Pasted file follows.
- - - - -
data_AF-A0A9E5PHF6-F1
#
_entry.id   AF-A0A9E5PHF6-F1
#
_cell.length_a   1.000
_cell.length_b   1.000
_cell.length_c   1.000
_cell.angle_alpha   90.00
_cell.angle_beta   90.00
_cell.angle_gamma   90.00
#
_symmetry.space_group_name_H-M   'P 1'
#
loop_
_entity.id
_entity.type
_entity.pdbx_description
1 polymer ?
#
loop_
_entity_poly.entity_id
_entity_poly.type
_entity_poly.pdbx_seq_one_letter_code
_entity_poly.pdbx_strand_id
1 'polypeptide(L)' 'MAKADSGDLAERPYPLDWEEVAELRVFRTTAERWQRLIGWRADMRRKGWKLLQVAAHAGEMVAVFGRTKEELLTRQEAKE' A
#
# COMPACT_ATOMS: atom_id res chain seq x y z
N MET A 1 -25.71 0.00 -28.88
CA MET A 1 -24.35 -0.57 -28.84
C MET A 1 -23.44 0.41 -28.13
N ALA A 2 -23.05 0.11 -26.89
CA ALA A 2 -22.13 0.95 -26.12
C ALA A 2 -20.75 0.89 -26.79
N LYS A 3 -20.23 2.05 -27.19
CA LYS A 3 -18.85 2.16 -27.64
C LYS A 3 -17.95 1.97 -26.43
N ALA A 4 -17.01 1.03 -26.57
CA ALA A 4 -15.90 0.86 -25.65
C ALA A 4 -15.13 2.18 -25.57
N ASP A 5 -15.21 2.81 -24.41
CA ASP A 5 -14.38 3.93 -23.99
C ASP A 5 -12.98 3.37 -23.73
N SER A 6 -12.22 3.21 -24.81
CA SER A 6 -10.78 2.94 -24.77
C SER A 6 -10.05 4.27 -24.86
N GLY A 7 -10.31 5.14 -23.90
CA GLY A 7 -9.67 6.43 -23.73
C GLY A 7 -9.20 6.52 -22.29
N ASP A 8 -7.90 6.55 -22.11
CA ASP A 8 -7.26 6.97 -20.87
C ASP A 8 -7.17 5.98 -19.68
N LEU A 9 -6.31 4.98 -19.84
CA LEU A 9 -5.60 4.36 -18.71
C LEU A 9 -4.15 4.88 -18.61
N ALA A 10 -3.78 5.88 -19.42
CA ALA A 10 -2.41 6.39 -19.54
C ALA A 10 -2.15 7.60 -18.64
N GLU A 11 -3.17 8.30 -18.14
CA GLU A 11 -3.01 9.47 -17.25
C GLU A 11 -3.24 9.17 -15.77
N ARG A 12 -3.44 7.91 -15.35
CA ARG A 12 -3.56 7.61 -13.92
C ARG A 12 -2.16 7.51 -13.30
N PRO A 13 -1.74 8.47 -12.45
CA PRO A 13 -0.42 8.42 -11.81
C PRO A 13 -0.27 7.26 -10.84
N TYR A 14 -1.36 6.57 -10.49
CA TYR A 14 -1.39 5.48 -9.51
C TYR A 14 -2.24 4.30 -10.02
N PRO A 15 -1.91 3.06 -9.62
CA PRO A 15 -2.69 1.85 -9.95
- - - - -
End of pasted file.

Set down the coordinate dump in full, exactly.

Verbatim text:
data_AF-A0A9E5PHF6-F1
#
_entry.id   AF-A0A9E5PHF6-F1
#
_cell.length_a   1.000
_cell.length_b   1.000
_cell.length_c   1.000
_cell.angle_alpha   90.00
_cell.angle_beta   90.00
_cell.angle_gamma   90.00
#
_symmetry.space_group_name_H-M   'P 1'
#
loop_
_entity.id
_entity.type
_entity.pdbx_description
1 polymer ?
#
loop_
_entity_poly.entity_id
_entity_poly.type
_entity_poly.pdbx_seq_one_letter_code
_entity_poly.pdbx_strand_id
1 'polypeptide(L)' 'MAKADSGDLAERPYPLDWEEVAELRVFRTTAERWQRLIGWRADMRRKGWKLLQVAAHAGEMVAVFGRTKEELLTRQEAKE' A
#
# COMPACT_ATOMS: atom_id res chain seq x y z
N MET A 1 -25.71 0.00 -28.88
CA MET A 1 -24.35 -0.57 -28.84
C MET A 1 -23.44 0.41 -28.13
N ALA A 2 -23.05 0.11 -26.89
CA ALA A 2 -22.13 0.95 -26.12
C ALA A 2 -20.75 0.89 -26.79
N LYS A 3 -20.23 2.05 -27.19
CA LYS A 3 -18.85 2.16 -27.64
C LYS A 3 -17.95 1.97 -26.43
N ALA A 4 -17.01 1.03 -26.57
CA ALA A 4 -15.90 0.86 -25.65
C ALA A 4 -15.13 2.18 -25.57
N ASP A 5 -15.21 2.81 -24.41
CA ASP A 5 -14.38 3.93 -23.99
C ASP A 5 -12.98 3.37 -23.73
N SER A 6 -12.22 3.21 -24.81
CA SER A 6 -10.78 2.94 -24.77
C SER A 6 -10.05 4.27 -24.86
N GLY A 7 -10.31 5.14 -23.90
CA GLY A 7 -9.67 6.43 -23.73
C GLY A 7 -9.20 6.52 -22.29
N ASP A 8 -7.90 6.55 -22.11
CA ASP A 8 -7.26 6.97 -20.87
C ASP A 8 -7.17 5.98 -19.68
N LEU A 9 -6.31 4.98 -19.84
CA LEU A 9 -5.60 4.36 -18.71
C LEU A 9 -4.15 4.88 -18.61
N ALA A 10 -3.78 5.88 -19.42
CA ALA A 10 -2.41 6.39 -19.54
C ALA A 10 -2.15 7.60 -18.64
N GLU A 11 -3.17 8.30 -18.14
CA GLU A 11 -3.01 9.47 -17.25
C GLU A 11 -3.24 9.17 -15.77
N ARG A 12 -3.44 7.91 -15.35
CA ARG A 12 -3.56 7.61 -13.92
C ARG A 12 -2.16 7.51 -13.30
N PRO A 13 -1.74 8.47 -12.45
CA PRO A 13 -0.42 8.42 -11.81
C PRO A 13 -0.27 7.26 -10.84
N TYR A 14 -1.36 6.57 -10.49
CA TYR A 14 -1.39 5.48 -9.51
C TYR A 14 -2.24 4.30 -10.02
N PRO A 15 -1.91 3.06 -9.62
CA PRO A 15 -2.69 1.85 -9.95